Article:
30 Jan 2007

Tools to search the literature, and PubReMiner plugin

Recently I came across PubMed PubReMiner, created by Jan Koster. I've been very struck by this tool, which I think is pretty much the best way to search PubMed.

I have previously tried a number of different tools (see my list of Tools to search the literature in the sidebar), and Google Scholar by far outstrips a standard PubMed search due to the use of the PageRank algorithm to pull the most prestigious work to the top of the results. The PageRank algorithm doesn't just look at citations, rather it weights them by how often that referring articles has itself been cited. A citation from a source that is itself heavily cited counts more than one from a source that nobody has ever cited.

I've tried out Kfinder, which takes an abstract or other text as the input, and suggests keywords based on the frequency of occurrence of improbable words. You select keywords, and it returns researchers who match that search in Medline at least twice. Kfinder is quite slow and limited to Medline, but it is intuitive, and a good start to selecting keywords if you haven't had much practice.

PubNet from the Gerstein lab looks really promising. It visualizes the network resulting from a query to Medline. The network to the left, focussed around Howard Ochman and Emmanuel Lerat, clearly shows a network of collaborating colleagues, but I only ran that search because I knew of the network already. It could be useful, but I've not found the time to devote to exploring its possibilities, and it takes a while to generate the visualization at times. If it were quicker and easier to navigate the results, I might use it.

I've only had a quick play with Authoratory, and while the concept is excellent (automatically mining information from the results of PubMed searches), the delivery is lacking. When Deborah Saltman, our Editorial Director for Medicine, tried it she found that she was missing, and the keyword search doesn't take Boolean searches yet. A definite work-in-progress.

e-Biosci is clever in that it accepts any text as input (an abstract, or even a whole manuscript, although it was quite sluggish!) and calculates the concepts contained within. You can add and remove concepts to refine your search, and weight how important they are, and then search using these concepts in Medline abstracts and some full text, including BioMed Central's. The advantage of this approach is that you never need to think about appropriate keywords or search terms; the disadvantage is that some concepts are quite diverse. A good example is that an abstract about physician uncertainty in medical decision-making returned some physics articles near the top! I find that it can return items that you probably wouldn't have found otherwise, and can be very accurate at times.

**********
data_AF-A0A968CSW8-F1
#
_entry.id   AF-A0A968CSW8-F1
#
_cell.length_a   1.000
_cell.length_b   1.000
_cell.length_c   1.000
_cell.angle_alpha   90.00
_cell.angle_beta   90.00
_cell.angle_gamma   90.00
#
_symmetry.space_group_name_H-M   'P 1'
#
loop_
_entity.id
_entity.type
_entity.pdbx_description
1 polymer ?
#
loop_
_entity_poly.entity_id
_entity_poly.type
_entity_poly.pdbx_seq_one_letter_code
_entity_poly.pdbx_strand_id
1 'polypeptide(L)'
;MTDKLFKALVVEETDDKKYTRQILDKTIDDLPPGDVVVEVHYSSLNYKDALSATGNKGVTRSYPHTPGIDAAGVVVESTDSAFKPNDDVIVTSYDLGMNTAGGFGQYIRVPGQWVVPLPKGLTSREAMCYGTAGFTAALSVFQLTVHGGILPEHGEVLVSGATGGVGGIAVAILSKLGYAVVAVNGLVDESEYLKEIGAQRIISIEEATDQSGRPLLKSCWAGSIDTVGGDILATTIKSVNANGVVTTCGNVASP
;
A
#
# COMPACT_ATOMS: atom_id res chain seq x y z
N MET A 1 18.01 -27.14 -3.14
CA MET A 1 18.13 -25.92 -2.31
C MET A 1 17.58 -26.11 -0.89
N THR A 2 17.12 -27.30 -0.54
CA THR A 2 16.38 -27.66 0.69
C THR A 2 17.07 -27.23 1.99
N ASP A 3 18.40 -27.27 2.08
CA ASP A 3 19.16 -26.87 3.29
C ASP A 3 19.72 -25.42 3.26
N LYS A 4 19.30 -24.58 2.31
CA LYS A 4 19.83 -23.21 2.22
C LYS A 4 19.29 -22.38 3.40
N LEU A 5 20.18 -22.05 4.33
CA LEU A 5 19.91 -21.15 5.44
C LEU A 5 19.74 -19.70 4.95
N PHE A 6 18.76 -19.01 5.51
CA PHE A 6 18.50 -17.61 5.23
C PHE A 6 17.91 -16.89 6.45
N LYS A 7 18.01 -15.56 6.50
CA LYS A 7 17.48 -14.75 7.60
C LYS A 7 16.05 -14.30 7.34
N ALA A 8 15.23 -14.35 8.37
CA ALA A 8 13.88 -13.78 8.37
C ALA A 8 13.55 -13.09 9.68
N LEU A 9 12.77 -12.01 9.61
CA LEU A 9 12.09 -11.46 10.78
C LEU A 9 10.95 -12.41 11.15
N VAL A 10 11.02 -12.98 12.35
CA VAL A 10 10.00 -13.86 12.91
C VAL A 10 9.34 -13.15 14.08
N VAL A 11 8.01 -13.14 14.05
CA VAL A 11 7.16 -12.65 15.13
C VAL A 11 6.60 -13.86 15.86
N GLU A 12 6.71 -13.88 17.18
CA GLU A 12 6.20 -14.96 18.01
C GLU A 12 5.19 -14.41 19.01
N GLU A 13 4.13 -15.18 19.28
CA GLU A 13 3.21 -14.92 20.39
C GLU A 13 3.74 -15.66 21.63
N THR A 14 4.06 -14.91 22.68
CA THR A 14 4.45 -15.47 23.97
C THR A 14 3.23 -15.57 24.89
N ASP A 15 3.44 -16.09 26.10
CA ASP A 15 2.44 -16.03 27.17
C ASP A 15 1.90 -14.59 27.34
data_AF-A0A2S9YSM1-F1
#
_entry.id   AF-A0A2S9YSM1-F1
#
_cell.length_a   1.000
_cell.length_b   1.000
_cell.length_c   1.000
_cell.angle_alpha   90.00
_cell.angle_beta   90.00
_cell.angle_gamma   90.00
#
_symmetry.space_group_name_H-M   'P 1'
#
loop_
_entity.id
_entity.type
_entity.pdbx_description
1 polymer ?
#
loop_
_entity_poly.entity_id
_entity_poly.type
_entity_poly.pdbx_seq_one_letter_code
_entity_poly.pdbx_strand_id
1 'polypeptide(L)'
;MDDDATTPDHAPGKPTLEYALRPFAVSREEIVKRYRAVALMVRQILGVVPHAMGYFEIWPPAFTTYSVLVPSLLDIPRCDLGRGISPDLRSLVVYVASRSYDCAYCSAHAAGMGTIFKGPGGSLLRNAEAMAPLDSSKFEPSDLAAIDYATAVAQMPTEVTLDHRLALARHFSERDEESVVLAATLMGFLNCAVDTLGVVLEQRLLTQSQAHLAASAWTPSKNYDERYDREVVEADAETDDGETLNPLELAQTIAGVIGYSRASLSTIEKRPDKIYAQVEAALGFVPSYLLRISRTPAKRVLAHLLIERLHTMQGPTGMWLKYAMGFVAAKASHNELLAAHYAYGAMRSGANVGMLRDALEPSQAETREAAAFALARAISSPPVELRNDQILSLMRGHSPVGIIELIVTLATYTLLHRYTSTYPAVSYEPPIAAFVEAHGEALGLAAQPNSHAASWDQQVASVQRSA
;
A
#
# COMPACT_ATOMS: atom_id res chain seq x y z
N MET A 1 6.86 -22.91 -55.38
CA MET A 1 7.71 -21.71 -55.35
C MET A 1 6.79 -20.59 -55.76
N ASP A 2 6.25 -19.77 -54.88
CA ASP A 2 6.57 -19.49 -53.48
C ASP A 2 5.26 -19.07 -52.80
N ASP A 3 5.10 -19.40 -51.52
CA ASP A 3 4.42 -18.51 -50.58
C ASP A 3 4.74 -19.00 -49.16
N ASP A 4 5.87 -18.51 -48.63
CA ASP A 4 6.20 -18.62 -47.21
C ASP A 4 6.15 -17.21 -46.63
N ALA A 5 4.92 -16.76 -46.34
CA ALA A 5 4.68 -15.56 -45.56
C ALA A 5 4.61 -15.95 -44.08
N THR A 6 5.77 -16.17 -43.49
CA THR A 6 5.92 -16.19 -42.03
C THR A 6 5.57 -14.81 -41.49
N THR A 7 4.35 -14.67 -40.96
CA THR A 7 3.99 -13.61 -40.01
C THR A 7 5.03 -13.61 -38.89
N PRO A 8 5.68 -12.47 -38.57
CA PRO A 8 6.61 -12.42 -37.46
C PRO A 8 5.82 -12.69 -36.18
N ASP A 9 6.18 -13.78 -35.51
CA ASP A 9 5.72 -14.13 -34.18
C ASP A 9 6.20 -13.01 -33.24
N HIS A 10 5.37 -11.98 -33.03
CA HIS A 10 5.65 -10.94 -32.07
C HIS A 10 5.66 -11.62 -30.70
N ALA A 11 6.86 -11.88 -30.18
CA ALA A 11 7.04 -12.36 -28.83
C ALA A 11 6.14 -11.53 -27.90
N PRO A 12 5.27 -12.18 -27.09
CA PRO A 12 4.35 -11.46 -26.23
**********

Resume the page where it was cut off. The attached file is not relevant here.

eTBLAST is one of the big hitters in the field. It runs searches against Medline automatically when given an input of text, much as e-Biosci does, and returns a list of related articles. You can then get list of experts in the field, journals to submit to, the history of publishing in this field and several more features. eTBLAST does all the thinking for you, but it does take its precious time. It can take minutes for the results to be returned, which makes me think that the option to have the results emailed is the only way it will get routinely used.

But, as I said at the top, PubMed PubReMiner is my current favourite. Why? Well, it takes standard PubMed queries, which makes it very easy to start using. It is quick and unfussy, and returns the results in easy-to-read columns: a list of the most common journals in the results, a list of the authors who appear most often, and a list of words that most commonly appear in the abstracts, as well as MeSH terms, affiliations and the publications by year. It is simple, but highly effective.

I liked it so much, that I made a Firefox search plugin for it. After vainly following a tutorial, I found that searchplugins.net has a plugins generator, which I've used to create one for PubReMiner, complete with a logo. It is set to the default of a 1000 abstract limit. You can view the source code, and search for it under PubMed or PubReMiner. You can also install it now.


Outplay said...

Authoratory now has full text search, which makes finding interesting people so much easier!

Martin said...

PubNet was quite helpful during an evaluation of our institute when we had to document the development of a collaboration with another institute. Unfortunately, this requires quite some work on the search strings to limit the data to certain topics and to the periods of interest.
In addition we used it once to create a representation of all co-authors of one of our professors as a gift when he retired. Luckily, his name wasn't Smith.